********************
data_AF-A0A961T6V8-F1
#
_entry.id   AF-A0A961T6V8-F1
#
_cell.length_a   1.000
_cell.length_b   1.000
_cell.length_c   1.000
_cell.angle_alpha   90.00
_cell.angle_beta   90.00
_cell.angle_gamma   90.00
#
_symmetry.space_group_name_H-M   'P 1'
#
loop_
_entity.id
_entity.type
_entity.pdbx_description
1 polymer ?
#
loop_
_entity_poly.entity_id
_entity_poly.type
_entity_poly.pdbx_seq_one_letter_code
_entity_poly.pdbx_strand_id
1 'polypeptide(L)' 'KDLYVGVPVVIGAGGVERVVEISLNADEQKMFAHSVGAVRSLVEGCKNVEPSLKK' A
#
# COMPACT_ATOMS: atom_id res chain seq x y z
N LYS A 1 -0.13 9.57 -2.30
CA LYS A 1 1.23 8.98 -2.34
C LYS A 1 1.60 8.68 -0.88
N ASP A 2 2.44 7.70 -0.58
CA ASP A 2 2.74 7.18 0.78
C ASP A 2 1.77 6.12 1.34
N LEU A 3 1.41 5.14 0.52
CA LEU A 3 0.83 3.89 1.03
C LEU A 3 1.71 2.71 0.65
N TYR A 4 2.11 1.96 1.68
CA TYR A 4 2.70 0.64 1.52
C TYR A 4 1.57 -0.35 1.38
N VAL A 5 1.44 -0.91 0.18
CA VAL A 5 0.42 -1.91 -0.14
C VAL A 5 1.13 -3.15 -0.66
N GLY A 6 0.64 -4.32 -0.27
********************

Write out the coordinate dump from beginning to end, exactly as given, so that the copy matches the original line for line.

data_AF-A0A961T6V8-F1
#
_entry.id   AF-A0A961T6V8-F1
#
_cell.length_a   1.000
_cell.length_b   1.000
_cell.length_c   1.000
_cell.angle_alpha   90.00
_cell.angle_beta   90.00
_cell.angle_gamma   90.00
#
_symmetry.space_group_name_H-M   'P 1'
#
loop_
_entity.id
_entity.type
_entity.pdbx_description
1 polymer ?
#
loop_
_entity_poly.entity_id
_entity_poly.type
_entity_poly.pdbx_seq_one_letter_code
_entity_poly.pdbx_strand_id
1 'polypeptide(L)' 'KDLYVGVPVVIGAGGVERVVEISLNADEQKMFAHSVGAVRSLVEGCKNVEPSLKK' A
#
# COMPACT_ATOMS: atom_id res chain seq x y z
N LYS A 1 -0.13 9.57 -2.30
CA LYS A 1 1.23 8.98 -2.34
C LYS A 1 1.60 8.68 -0.88
N ASP A 2 2.44 7.70 -0.58
CA ASP A 2 2.74 7.18 0.78
C ASP A 2 1.77 6.12 1.34
N LEU A 3 1.41 5.14 0.52
CA LEU A 3 0.83 3.89 1.03
C LEU A 3 1.71 2.71 0.65
N TYR A 4 2.11 1.96 1.68
CA TYR A 4 2.70 0.64 1.52
C TYR A 4 1.57 -0.35 1.38
N VAL A 5 1.44 -0.91 0.18
CA VAL A 5 0.42 -1.91 -0.14
C VAL A 5 1.13 -3.15 -0.66
N GLY A 6 0.64 -4.32 -0.27